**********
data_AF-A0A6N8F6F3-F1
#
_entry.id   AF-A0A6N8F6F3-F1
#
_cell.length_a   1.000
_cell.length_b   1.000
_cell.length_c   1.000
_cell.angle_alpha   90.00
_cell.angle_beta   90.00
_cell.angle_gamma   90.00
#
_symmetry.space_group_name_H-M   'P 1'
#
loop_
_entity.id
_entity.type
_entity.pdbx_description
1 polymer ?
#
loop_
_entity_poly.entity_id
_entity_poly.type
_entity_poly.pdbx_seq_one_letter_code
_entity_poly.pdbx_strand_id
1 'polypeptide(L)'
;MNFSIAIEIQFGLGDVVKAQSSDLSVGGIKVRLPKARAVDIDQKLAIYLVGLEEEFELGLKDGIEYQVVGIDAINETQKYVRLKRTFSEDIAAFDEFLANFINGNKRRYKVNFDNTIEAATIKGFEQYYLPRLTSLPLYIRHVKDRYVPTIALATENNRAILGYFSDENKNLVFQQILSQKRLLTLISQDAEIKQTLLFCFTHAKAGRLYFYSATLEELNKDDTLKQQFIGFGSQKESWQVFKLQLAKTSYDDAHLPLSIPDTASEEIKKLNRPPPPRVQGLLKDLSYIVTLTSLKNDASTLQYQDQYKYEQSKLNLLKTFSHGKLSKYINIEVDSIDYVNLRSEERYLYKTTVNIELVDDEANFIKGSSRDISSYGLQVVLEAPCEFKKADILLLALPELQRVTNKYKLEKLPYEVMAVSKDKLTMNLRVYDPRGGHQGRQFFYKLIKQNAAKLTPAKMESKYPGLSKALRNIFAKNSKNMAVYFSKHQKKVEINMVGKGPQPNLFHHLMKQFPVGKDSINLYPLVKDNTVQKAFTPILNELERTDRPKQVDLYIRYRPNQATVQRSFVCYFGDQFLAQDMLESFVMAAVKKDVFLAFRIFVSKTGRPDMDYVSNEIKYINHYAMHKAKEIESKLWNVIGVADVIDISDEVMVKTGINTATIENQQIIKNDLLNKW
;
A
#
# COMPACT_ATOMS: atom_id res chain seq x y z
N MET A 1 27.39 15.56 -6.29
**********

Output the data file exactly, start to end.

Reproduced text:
data_AF-A0A6N8F6F3-F1
#
_entry.id   AF-A0A6N8F6F3-F1
#
_cell.length_a   1.000
_cell.length_b   1.000
_cell.length_c   1.000
_cell.angle_alpha   90.00
_cell.angle_beta   90.00
_cell.angle_gamma   90.00
#
_symmetry.space_group_name_H-M   'P 1'
#
loop_
_entity.id
_entity.type
_entity.pdbx_description
1 polymer ?
#
loop_
_entity_poly.entity_id
_entity_poly.type
_entity_poly.pdbx_seq_one_letter_code
_entity_poly.pdbx_strand_id
1 'polypeptide(L)'
;MNFSIAIEIQFGLGDVVKAQSSDLSVGGIKVRLPKARAVDIDQKLAIYLVGLEEEFELGLKDGIEYQVVGIDAINETQKYVRLKRTFSEDIAAFDEFLANFINGNKRRYKVNFDNTIEAATIKGFEQYYLPRLTSLPLYIRHVKDRYVPTIALATENNRAILGYFSDENKNLVFQQILSQKRLLTLISQDAEIKQTLLFCFTHAKAGRLYFYSATLEELNKDDTLKQQFIGFGSQKESWQVFKLQLAKTSYDDAHLPLSIPDTASEEIKKLNRPPPPRVQGLLKDLSYIVTLTSLKNDASTLQYQDQYKYEQSKLNLLKTFSHGKLSKYINIEVDSIDYVNLRSEERYLYKTTVNIELVDDEANFIKGSSRDISSYGLQVVLEAPCEFKKADILLLALPELQRVTNKYKLEKLPYEVMAVSKDKLTMNLRVYDPRGGHQGRQFFYKLIKQNAAKLTPAKMESKYPGLSKALRNIFAKNSKNMAVYFSKHQKKVEINMVGKGPQPNLFHHLMKQFPVGKDSINLYPLVKDNTVQKAFTPILNELERTDRPKQVDLYIRYRPNQATVQRSFVCYFGDQFLAQDMLESFVMAAVKKDVFLAFRIFVSKTGRPDMDYVSNEIKYINHYAMHKAKEIESKLWNVIGVADVIDISDEVMVKTGINTATIENQQIIKNDLLNKW
;
A
#
# COMPACT_ATOMS: atom_id res chain seq x y z
N MET A 1 27.39 15.56 -6.29